|The first excerpt represents the element of Air. It speaks of mental influences and the process of thought, and is drawn from The Two Noble Kinsmen by William Shakespeare:
From me the witles chaffe of such a wrighter
That blastes my Bayes, and my fam'd workes makes lighter
Then Robin Hood!' This is the feare we bring;
For to say Truth, it were an endlesse thing,
And too ambitious, to aspire to him,
Weake as we are, and almost breathlesse swim
In this deepe water. Do but you hold out
Your helping hands, and we shall take about,
And something doe to save us: You shall heare
Sceanes, though below his Art, may yet appeare
Worth two houres travell. To his bones sweet sleepe:
|The second excerpt represents the element of Fire. It speaks of emotional influences and base passions, and is drawn from The Commission in Lunacy by Honore de Balzac:
have sat as a model to represent the aristocracy of birth in the
nineteenth century. He was slight and fair; there was in the outline
and general expression of his face a native distinction which spoke of
lofty sentiments, but it bore the impress of a deliberate coldness
which commanded respect a little too decidedly. His aquiline nose bent
at the tip from left to right, a slight crookedness which was not
devoid of grace; his blue eyes, his high forehead, prominent enough at
the brows to form a thick ridge that checked the light and shaded his
eyes, all indicated a spirit of rectitude, capable of perseverance and
perfect loyalty, while it gave a singular look to his countenance.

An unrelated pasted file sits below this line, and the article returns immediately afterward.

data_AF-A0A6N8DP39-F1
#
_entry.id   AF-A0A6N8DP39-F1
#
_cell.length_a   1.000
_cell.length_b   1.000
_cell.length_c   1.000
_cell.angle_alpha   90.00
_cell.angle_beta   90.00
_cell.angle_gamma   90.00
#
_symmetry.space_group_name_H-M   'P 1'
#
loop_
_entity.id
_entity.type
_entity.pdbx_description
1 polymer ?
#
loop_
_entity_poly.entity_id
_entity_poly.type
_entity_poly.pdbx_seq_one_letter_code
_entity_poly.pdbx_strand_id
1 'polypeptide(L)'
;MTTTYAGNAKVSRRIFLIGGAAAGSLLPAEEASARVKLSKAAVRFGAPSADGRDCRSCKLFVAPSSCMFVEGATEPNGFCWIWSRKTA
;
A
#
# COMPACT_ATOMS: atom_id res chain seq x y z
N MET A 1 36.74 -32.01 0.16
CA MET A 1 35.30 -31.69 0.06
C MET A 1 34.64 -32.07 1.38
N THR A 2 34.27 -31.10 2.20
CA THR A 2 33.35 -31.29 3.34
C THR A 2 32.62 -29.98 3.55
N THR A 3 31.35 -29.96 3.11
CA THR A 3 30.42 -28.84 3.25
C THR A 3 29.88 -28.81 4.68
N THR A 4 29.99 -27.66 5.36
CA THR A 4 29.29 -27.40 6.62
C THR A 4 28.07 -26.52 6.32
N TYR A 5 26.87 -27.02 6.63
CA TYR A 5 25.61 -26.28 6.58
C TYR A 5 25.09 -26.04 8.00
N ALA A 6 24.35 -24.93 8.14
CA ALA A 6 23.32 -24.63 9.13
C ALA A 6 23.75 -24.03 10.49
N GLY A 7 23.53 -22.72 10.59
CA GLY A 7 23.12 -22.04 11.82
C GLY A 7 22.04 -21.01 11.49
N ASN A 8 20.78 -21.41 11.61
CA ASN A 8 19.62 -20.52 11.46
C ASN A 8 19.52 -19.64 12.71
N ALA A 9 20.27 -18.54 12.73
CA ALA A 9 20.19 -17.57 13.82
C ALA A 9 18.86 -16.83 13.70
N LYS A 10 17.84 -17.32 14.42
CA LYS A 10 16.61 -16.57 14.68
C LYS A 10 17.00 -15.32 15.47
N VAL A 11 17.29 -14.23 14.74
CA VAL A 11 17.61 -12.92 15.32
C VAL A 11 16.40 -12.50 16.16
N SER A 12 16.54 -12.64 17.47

This penthouse forehead might, in fact, hint at a touch of madness,
|The third excerpt represents the element of Water. It speaks of pure spiritual influences and feelings of love, and is drawn from The Jungle Tales of Tarzan by Edgar Rice Burroughs:
It cannot be done more quickly than that because it takes
time to make such strong medicine."
"Make us some medicine now," said Mbonga. "Let us see
what sort of medicine you make."
"Bring me fire," replied Bukawai, "and I will make you
a little magic."
Momaya was dispatched for the fire, and while she was away
Mbonga dickered with Bukawai about the price. Ten goats,
he said, was a high price for an able-bodied warrior.
He also called Bukawai's attention to the fact that he,
Mbonga, was very poor, that his people were very poor,
The Jungle Tales of Tarzan
|The fourth excerpt represents the element of Earth. It speaks of physical influences and the impact of the unseen on the visible world, and is drawn from Around the World in 80 Days by Jules Verne:
a piece of sugar out of his pocket, and inserted it in Kiouni's trunk,
who received it without in the least slackening his regular trot.
After two hours the guide stopped the elephant, and gave him
an hour for rest, during which Kiouni, after quenching his thirst
at a neighbouring spring, set to devouring the branches and shrubs
round about him. Neither Sir Francis nor Mr. Fogg regretted
the delay, and both descended with a feeling of relief. "Why, he's
made of iron!" exclaimed the general, gazing admiringly on Kiouni.
"Of forged iron," replied Passepartout, as he set about preparing
a hasty breakfast.
At noon the Parsee gave the signal of departure. The country
Around the World in 80 Days